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Q&A: Joséphine de la Baume & Roxane Mesquida on Vampire sisterhood in “KISS OF THE DAMNED”

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At the center of the swirling, swooning style of Xan Cassavetes’ direction in KISS OF THE DAMNED is the swirling, strained relationship of vampire sisters Djuna and Mimi. As heightened as the film itself, the performances from Joséphine de la Baume and Roxane Mesquida are deeply felt and loudly performed. FANGORIA spoke with the actresses about creating such a tender bond and the real life dilemmas explored in KISS OF THE DAMNED (now available on DVD and Blu-ray along with the fantastic soundtrack).

When the recording began, we were speaking of the film’s fashion. There are spoilers throughout.

JOSÉPHINE DE LA BAUME: …Mix together an element of something she would have had for a long time and liked, with something modern.

FANGORIA: Did you bring elements to that, give input on what you believe the character would wear?

DE LA BAUME: I brought a lot of shoes, and I brought a lot of—I love Victorian jackets so I brought a lot of my jackets. I think that’s how I dress in real life, just not as…

ROXANE MESQUIDA: That’s how we sleep every night [laughs].

DE LA BAUME: I always like mixing one thing, like a shitty t-shirt and a nice jacket that my friend made. I like mixing something that’s really unique. We both picked what we liked.

MESQUIDA: And I did the dress at the party with the feathers.

DE LA BAUME: Yea, you made it!

FANG: There are a lot of films this movie gets compared to and Xan was aware of it to a certain degree. How much had you grown up with, or seen any, of these films?

DE LA BAUME: I think Dario Argento, for example, is very famous in France. He’s very respected. Personally, one of my favorite movies is the Polanski vampire movie, which is actually very different. It’s quite a goofy, cardboard-y movie. But Argento, yea. When I got the part, I researched and I started watching more. I always had a fascination with vampires and I think in the movie—cut me off, I talk too much.

MESQUIDA: You want me to cut you off? [Laughs]

DE LA BAUME: Apart from being an homage to all those horror movies from the 60s and 70s, there’s also a way of acting in that era and the intensity, that she likes. So, for example she made us watch L’IMPORTANT C’EST D’AIMER ( THAT MOST IMPORTANT THING: LOVE), the Zulawski movie, and I think it’s also that style of not being afraid to really feel extremely deeply, almost in a Chekhov way. More in that 60s, 70s era where they overacted.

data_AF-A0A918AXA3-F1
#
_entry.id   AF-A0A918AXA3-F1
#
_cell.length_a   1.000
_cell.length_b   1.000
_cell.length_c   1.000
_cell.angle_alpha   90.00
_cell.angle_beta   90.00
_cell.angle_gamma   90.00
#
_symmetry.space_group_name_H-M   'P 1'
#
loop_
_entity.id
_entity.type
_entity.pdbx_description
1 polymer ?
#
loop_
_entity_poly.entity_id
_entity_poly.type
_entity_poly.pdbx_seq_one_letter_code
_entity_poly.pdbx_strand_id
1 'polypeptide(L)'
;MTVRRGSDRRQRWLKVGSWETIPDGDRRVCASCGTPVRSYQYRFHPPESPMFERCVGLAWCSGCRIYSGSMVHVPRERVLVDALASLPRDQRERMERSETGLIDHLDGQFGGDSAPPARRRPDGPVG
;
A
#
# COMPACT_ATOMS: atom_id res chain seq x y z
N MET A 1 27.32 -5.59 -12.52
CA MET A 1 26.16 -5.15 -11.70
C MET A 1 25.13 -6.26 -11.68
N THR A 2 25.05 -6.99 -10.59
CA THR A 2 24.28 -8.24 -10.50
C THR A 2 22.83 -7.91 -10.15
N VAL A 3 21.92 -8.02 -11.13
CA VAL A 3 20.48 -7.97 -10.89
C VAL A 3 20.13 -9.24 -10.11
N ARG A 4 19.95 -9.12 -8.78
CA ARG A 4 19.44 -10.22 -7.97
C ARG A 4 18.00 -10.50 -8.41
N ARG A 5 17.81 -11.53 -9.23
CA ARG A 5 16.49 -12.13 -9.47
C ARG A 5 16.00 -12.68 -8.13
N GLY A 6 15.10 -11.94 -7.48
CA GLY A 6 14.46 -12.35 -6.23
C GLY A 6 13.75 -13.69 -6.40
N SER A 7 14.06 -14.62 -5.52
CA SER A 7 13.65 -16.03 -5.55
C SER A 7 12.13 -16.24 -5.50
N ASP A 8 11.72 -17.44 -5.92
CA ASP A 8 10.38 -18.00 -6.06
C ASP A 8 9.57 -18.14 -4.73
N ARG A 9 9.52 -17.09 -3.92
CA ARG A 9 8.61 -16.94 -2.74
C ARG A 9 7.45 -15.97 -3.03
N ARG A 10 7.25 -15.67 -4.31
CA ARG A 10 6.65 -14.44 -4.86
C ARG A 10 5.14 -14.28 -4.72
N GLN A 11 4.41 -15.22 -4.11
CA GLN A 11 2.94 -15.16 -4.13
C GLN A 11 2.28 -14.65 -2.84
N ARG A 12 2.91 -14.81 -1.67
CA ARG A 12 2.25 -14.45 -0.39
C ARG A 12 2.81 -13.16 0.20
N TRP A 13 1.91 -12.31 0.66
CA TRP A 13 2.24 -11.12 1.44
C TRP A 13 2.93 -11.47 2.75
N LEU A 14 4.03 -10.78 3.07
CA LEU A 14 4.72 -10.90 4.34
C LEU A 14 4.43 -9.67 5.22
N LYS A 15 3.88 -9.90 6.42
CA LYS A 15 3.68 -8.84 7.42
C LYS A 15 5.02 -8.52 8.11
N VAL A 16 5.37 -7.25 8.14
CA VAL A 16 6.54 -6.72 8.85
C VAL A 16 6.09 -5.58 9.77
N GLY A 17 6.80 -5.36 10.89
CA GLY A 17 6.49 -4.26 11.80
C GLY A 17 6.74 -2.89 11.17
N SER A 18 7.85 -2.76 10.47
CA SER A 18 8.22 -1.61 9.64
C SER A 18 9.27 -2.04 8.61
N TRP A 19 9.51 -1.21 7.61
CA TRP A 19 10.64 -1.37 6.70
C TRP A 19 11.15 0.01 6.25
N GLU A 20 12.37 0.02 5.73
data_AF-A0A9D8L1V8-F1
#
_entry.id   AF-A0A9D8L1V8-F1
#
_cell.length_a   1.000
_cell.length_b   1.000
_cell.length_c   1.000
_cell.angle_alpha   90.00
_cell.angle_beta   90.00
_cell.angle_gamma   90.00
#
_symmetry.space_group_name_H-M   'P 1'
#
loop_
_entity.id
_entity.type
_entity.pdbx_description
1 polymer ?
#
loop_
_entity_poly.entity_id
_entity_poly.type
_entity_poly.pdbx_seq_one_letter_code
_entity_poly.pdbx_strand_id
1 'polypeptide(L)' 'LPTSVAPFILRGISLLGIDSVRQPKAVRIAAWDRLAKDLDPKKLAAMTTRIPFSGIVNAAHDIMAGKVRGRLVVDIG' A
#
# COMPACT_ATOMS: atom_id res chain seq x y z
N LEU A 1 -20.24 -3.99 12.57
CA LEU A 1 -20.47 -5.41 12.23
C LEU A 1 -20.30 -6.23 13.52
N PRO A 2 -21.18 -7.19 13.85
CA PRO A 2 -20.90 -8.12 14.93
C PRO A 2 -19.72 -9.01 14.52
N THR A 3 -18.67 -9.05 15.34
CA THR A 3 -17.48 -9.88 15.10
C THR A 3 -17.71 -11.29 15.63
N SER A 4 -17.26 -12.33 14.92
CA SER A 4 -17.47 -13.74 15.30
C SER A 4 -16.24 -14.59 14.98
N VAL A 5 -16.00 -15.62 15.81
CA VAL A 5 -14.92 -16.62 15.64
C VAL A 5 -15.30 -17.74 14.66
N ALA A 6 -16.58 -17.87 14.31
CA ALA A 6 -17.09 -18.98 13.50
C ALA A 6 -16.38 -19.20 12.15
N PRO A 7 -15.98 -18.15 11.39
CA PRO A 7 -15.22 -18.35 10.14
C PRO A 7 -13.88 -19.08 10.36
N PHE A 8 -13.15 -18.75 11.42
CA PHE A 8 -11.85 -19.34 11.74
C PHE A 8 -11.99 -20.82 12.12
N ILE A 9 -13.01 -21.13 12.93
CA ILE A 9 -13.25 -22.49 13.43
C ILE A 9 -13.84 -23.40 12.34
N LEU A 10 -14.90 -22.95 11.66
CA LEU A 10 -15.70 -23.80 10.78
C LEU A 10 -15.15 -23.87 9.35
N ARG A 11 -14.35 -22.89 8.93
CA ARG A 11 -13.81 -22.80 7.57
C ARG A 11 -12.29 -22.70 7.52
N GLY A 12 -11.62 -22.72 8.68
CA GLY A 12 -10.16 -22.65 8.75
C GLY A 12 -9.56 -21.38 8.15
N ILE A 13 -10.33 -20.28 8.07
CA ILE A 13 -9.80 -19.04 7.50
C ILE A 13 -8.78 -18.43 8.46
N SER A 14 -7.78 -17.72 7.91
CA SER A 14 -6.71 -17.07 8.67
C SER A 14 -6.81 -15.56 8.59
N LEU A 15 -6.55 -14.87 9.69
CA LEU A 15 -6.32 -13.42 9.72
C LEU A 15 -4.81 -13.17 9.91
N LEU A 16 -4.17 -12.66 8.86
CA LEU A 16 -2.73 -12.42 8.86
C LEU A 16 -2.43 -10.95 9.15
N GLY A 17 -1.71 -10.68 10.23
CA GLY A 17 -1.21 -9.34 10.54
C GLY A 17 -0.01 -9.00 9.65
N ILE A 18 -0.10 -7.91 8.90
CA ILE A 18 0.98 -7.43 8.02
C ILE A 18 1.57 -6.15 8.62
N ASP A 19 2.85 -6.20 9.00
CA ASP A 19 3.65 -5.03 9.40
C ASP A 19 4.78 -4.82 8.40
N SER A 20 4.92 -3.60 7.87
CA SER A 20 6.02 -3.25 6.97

MESQUIDA: Yeah, it wasn’t only vampire movies, Zulawski was a big reference for her. Also, I watched POSSESSION right before I did the dying scene, I wanted to really get inspired by Isabelle Adjani’s performance for my dying scene. Personally, it was more the 20s, because they were more theatrical and I thought that my character was very comfortable with her body and I wanted to really find this inspiration for the way they moved. It was more important, I feel.

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FANG: Do you have sisters?

DE LA BAUME: Yea, I have a sister. I have two brothers and a sister.

MESQUIDA: I have a brother. I have a sister, now.

DE LA BAUME: We became sisters very fast. This movie talks about relationships between sisters and an impossible love story and the fact that it’s a vampire movie allows you to make it that much more sensual, that much more romantic, that much more dramatic and plus, the homage to a certain era; all of that mixed together allows a heightened intensity of what human relationships would be.

FANG: What was the most heightened, intense scene for everyone to shoot? One that is so striking is the between the door kiss.

DE LA BAUME: This one.

MESQUIDA: And I think it was the first day. I feel like it was very early in the shoot.

DE LA BAUME: It was like, a Drama day. It was a difficult day and I think it was getting a little frustrating for Milo and I. It was a difficult scene and I think, sometimes something that’s going on in real life gets completely another translation. That’s what happened. I think we were so frustrated with each other that moment that it turned into a massive, like sexual tension. We got in a fight, because it was tough. It was a hard thing to do and the door was in the way. So, I think it worked out. Sometimes, to get in a state of agitation translated to something else.

MESQUIDA: I had a lot of fun doing all these scenes, like pulling the skin out of the guy. All these things were really fun to me. What I really worked on, and what was very important to me, was the relationship between the two sisters, because they hate each other and I didn’t want it to be too—I wanted something special. I think because we got along so well, Josephine and I, I think it was easier to—I mean, they have to feel like sisters, it’s not like friends fighting. It was very important, and when the relationship is so bad for two characters, just fighting the whole movie, it would be very easy to fall into the thing that you’re not showing any strong feelings between the two. That was very important, for me to bring that.